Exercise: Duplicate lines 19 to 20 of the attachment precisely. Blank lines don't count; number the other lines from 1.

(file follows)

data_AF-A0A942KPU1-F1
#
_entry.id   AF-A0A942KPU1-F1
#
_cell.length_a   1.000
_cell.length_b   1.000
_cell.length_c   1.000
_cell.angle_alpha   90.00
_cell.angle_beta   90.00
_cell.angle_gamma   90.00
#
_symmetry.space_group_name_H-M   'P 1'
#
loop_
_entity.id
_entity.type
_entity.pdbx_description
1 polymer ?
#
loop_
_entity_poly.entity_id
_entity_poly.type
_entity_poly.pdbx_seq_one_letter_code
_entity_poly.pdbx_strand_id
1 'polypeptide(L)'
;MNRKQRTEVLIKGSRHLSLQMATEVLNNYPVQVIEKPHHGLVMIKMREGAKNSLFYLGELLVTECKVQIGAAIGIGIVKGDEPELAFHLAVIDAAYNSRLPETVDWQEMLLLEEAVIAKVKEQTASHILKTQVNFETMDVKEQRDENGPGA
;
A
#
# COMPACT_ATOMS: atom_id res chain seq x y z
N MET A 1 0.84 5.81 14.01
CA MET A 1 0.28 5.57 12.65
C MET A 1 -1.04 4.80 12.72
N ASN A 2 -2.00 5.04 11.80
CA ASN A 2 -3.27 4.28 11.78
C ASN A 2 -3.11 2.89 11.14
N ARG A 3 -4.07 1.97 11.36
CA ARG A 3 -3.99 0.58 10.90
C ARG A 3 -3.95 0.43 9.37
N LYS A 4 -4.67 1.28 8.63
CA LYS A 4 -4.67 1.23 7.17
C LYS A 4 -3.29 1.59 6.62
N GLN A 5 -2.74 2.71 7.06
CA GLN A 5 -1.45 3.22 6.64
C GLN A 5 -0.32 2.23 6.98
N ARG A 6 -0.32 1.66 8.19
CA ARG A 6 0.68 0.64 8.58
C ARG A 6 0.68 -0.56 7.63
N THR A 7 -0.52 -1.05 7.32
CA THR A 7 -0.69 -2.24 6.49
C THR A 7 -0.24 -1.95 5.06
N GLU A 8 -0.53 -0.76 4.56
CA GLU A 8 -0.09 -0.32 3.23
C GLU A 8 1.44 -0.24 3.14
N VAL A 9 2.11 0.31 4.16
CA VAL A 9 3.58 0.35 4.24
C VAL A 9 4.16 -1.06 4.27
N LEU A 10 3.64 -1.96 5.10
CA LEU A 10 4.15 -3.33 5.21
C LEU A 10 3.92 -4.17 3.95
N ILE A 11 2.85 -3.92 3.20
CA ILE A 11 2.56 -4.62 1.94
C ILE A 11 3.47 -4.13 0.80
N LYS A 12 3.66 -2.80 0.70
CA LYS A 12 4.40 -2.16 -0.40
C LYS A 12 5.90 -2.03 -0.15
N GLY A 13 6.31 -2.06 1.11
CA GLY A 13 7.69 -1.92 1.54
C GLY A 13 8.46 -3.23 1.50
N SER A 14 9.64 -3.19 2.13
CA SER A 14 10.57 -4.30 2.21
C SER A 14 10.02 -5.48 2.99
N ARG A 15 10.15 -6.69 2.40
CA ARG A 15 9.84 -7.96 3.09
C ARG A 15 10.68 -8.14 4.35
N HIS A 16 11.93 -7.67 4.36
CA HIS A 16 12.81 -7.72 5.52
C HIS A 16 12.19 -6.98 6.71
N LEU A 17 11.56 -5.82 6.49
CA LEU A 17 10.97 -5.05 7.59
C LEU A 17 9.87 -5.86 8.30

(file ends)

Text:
#
loop_